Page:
Meet One of San Diego's Original Beer Pioneers
Pizza Port co-founder Gina Marsaglia looks back on the craft beer scene’s earliest days
Pizza Port has played an integral role in developing the modern “San Diego style” of craft beer and has nurtured some of San Diego’s most famous brewers. They were brewing IPAs in Solana Beach before Stone, Ballast Point, or Coronado Brewing Company came along. But despite its status as the city’s most-medaled brewery by far, the humble pizza joint tends to keep a relatively low profile. Pizza Port co-founder Gina Marsaglia looks back on the craft beer scene’s earliest days.
You recently celebrated Pizza Port’s 30th anniversary with a special beer. Was it a walk down memory lane?
Yeah, one of the best parts of doing our “reunion beer”—the 30th anniversary release of our original recipe, Pipes Pale Ale—was getting all those original guys together. It was most of the people who have brewed at Solana in the last ten years or so. Then my brother, Vince, and our current brewer, Josh Schaner, brewed the original recipe of our first IPA, Swami’s, and was true to style for what was popular back then. It was a little more malty and a little bit darker in color.
So this was before the whole “super hoppy, San Diego-style” IPA was born?
Yes. Swami’s is still my “go-to” beer, even after all these years. It’s the one that means the most to us.
When Pizza Port opened in 1987, you weren’t brewing beer. Karl Strauss opened in 1989, and you went to work there briefly for fun. Was being at Karl Strauss the first eye-opening experience of what craft beer was like?
It really was. Craft beer just wasn’t around. The first craft beer I had was a Sam Adams, and I remember thinking, “This is the best beer I’ve ever had.” So that was a life-changing experience for me.
Did it inspire you to start brewing?
Vince and I had been practicing and brewing beer as a hobby in Solana—we turned the back area into a little makeshift brewery and we were brewing beer and meads and experimentals. After the makeshift system—which used plastic lemonade containers that we got from Hot Dog on a Stick—we met Paul and Rob Soltys, who went on to open Premier Stainless. They put in our first system, which was a seven-barrel brewhouse with one 10-barrel fermenter.
What was the first beer you made?
That was Shark Bite, a recipe from Vince and Paul. We started with five core beers and then expanded to eleven, the maximum we had room for.
What was the prevailing beer style in those days? Did you make them less aggressive so they’d be more palatable?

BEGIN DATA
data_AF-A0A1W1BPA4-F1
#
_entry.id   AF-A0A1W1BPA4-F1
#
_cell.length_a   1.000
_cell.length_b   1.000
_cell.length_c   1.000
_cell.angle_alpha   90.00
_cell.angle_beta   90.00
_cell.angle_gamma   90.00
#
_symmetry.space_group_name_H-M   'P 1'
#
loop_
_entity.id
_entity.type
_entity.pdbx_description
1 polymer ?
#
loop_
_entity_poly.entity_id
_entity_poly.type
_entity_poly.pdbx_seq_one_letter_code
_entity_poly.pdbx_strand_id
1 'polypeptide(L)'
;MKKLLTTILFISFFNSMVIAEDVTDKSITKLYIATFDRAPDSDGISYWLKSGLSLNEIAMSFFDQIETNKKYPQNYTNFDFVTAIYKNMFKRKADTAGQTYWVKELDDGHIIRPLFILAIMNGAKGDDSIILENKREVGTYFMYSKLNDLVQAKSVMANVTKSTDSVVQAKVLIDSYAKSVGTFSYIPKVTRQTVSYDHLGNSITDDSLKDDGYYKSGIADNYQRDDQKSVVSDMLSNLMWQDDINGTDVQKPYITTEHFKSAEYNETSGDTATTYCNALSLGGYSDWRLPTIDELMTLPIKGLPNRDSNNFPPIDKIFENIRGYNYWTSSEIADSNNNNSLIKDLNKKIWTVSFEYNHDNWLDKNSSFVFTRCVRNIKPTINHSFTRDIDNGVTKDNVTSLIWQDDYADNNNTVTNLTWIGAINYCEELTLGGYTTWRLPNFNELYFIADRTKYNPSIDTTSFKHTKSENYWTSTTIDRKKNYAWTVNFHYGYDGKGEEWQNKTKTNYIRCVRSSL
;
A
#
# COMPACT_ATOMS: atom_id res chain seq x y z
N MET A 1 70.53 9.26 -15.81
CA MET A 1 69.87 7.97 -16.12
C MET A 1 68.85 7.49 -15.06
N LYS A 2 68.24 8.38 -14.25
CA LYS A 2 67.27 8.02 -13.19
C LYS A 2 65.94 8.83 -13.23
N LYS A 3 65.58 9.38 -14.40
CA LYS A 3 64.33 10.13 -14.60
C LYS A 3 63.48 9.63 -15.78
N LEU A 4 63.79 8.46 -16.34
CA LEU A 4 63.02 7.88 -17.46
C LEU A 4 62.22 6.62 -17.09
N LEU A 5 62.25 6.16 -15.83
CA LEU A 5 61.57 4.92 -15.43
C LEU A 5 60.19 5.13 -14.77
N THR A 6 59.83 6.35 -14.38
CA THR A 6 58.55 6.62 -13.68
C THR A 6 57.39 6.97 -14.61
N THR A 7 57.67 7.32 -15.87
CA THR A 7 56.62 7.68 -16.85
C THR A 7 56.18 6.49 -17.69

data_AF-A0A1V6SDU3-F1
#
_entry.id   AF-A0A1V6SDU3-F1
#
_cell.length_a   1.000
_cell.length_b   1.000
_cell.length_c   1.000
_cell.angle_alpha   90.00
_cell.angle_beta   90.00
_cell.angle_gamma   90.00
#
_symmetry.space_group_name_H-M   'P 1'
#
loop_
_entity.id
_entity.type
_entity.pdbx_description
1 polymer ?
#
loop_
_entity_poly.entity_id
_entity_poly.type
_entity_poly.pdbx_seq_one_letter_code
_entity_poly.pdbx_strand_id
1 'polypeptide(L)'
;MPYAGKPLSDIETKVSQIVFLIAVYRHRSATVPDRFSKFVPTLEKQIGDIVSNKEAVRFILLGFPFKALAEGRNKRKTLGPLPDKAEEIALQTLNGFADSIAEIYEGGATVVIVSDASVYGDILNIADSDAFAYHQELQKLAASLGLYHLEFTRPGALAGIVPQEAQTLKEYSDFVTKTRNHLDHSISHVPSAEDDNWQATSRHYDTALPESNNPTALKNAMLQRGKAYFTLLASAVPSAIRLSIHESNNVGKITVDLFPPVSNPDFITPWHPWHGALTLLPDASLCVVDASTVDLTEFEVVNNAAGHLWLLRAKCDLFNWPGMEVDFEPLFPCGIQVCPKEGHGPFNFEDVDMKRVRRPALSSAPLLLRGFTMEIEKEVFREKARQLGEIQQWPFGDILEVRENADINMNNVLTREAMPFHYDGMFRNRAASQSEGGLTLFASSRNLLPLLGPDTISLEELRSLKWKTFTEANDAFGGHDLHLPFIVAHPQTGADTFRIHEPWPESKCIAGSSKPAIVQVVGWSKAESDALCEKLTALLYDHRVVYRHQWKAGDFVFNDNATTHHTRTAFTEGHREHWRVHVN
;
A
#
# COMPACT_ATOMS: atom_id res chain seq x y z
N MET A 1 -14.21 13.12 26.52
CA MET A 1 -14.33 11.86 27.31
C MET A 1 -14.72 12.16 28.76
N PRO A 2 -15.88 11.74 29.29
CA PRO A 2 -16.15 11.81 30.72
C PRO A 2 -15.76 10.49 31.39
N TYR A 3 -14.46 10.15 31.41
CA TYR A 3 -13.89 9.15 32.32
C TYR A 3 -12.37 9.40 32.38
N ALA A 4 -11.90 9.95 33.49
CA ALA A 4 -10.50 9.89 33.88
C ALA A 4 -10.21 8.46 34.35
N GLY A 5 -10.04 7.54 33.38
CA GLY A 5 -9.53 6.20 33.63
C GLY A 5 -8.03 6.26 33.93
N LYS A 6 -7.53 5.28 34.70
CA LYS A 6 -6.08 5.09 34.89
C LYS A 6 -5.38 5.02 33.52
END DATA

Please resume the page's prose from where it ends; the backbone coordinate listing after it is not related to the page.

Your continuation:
Not really. Today’s Shark Bite recipe is pretty close to the original, so there were a lot of aggressive beers, but then we also brewed the mellow ones, too. Looking back, it’s funny that all our beers were the same price. You could get a 12-percent barleywine for the same price as the lightest beer we made!
Adding craft beer to the pizza place turned out to be a good idea.
It was. But we were just having fun. We weren’t even really thinking about it as a business. And with a seven-barrel system, you move through the beer so fast that, if it’s on tap today, it may not be the next time you come in.
The beer scene was basically you, Karl Strauss, and Callahan’s, which evolved into San Diego Brewing Company. Was that it?
There were a few coming and going. There was also Hops at UTC and Red Kettle in Encinitas. You needed a loyal following in those days, and you had to do a lot of beer education. It was hard to get people to love it. We had Bud Light and Coors Light on tap for a long time during those early years. You were around to witness the beginning of many other iconic San Diego breweries, like Stone. I remember I was at the Craft Brewers Conference in Austin a couple of years before Stone opened. I was wearing a Shark Bite Red Ale shirt and I heard [Stone co-founder] Greg Koch remark on it. He said he came into Solana Beach all the time and that he was thinking of opening a brewery. I know Greg and Steve Wagner did a bunch of their business planning at the Solana Beach location.
What do you remember of your first brewing-experienced hire, Tomme Arthur?
He was not afraid to try anything! Of course, it was different back then, when there was no competition and nobody else was doing the barrel-aged and Belgian-inspired beers he was experimenting with.
Were those beers a tougher sell to the public?
They were in such little quantities that we didn’t care if anybody bought them! In fact, we thought, “Please don’t buy it. Then we can drink it!” We had a hard time parting with some of those.
Pizza Port is not a franchise—all five locations have a distinct identity, and that’s because you’ve allowed each brewer to maintain their unique style and approach.
Yeah, that kind of happened organically. I didn’t want to take away from the creativity at each brewpub. When we opened Bressi, I wanted that location to brew the core beers for all the pubs, so they’re all consistent, and then we could have the brewers at each location be more creative and do the beer sharing. I know that’s not what a lot of people do, but it works for us.
Are there still things you want to do, or locations you want to open?
Definitely, but the last thing I want to do is open a location near another brewery—and that’s getting harder and harder to find. It also seems like, no matter where we look, there’s a pizza place right next door. You don’t make very many friends if you go into a community as a direct competitor. Luckily, this industry is the friendliest I’ve found. Hardly anybody thinks of someone else as a competitor, unless you completely copy what they’re doing.